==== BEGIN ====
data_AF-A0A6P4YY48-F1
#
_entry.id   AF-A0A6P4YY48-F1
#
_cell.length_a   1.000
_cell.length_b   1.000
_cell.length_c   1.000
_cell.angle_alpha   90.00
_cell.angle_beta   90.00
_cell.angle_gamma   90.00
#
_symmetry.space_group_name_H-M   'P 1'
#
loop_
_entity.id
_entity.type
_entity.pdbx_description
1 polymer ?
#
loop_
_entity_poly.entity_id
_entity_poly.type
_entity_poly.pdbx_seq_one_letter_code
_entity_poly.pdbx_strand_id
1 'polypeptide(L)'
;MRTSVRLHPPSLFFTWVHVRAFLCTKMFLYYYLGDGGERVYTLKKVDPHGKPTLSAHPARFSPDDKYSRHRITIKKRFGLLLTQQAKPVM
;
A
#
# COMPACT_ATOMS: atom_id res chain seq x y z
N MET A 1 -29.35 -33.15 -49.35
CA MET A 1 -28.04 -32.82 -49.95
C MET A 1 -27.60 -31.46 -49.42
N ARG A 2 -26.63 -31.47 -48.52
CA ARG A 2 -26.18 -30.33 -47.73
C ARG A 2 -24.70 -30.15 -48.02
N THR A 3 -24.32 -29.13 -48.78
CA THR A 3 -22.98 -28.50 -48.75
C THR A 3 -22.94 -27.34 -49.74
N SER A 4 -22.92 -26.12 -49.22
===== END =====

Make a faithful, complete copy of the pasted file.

data_AF-A0A6P4YY48-F1
#
_entry.id   AF-A0A6P4YY48-F1
#
_cell.length_a   1.000
_cell.length_b   1.000
_cell.length_c   1.000
_cell.angle_alpha   90.00
_cell.angle_beta   90.00
_cell.angle_gamma   90.00
#
_symmetry.space_group_name_H-M   'P 1'
#
loop_
_entity.id
_entity.type
_entity.pdbx_description
1 polymer ?
#
loop_
_entity_poly.entity_id
_entity_poly.type
_entity_poly.pdbx_seq_one_letter_code
_entity_poly.pdbx_strand_id
1 'polypeptide(L)'
;MRTSVRLHPPSLFFTWVHVRAFLCTKMFLYYYLGDGGERVYTLKKVDPHGKPTLSAHPARFSPDDKYSRHRITIKKRFGLLLTQQAKPVM
;
A
#
# COMPACT_ATOMS: atom_id res chain seq x y z
N MET A 1 -29.35 -33.15 -49.35
CA MET A 1 -28.04 -32.82 -49.95
C MET A 1 -27.60 -31.46 -49.42
N ARG A 2 -26.63 -31.47 -48.52
CA ARG A 2 -26.18 -30.33 -47.73
C ARG A 2 -24.70 -30.15 -48.02
N THR A 3 -24.32 -29.13 -48.78
CA THR A 3 -22.98 -28.50 -48.75
C THR A 3 -22.94 -27.34 -49.74
N SER A 4 -22.92 -26.12 -49.22